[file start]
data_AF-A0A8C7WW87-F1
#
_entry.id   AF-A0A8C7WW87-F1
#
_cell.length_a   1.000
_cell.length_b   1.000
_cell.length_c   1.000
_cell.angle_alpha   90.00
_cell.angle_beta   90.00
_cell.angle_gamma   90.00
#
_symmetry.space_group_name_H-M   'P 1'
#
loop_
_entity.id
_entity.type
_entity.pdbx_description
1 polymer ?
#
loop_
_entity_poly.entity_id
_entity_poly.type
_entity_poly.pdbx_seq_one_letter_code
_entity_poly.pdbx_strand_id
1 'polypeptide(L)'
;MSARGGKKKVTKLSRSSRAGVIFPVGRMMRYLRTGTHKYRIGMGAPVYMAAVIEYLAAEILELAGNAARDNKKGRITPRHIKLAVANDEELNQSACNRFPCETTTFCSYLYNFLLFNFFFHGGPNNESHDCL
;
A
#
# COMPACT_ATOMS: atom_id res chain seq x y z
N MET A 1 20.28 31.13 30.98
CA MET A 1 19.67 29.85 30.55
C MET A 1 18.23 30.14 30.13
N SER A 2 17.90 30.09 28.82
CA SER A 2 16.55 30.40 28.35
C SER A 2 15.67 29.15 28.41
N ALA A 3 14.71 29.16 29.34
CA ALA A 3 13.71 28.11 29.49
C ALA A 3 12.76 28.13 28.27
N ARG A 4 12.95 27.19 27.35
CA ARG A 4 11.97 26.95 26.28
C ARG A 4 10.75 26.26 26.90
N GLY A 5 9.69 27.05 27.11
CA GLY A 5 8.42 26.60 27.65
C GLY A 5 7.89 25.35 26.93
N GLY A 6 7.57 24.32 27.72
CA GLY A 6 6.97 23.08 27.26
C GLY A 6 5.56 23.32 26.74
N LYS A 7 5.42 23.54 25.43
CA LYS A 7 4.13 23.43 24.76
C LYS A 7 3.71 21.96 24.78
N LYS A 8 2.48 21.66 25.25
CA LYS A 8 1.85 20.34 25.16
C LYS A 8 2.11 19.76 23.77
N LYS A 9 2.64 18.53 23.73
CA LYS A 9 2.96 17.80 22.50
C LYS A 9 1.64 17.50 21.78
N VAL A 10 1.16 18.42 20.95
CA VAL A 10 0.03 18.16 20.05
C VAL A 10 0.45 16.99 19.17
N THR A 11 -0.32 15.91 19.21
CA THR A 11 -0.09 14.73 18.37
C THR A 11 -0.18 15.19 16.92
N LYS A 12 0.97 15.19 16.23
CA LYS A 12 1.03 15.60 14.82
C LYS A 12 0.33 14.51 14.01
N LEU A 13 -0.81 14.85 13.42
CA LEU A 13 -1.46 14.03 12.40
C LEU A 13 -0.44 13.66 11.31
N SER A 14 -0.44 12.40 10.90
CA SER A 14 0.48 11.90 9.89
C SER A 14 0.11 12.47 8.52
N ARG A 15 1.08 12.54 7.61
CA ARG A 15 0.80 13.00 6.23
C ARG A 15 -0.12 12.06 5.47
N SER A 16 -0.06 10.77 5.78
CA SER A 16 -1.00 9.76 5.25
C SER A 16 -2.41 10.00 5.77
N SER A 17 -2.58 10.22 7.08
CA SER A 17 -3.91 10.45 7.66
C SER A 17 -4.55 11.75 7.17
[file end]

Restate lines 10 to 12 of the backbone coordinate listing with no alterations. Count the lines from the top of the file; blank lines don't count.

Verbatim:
_cell.angle_gamma   90.00
#
_symmetry.space_group_name_H-M   'P 1'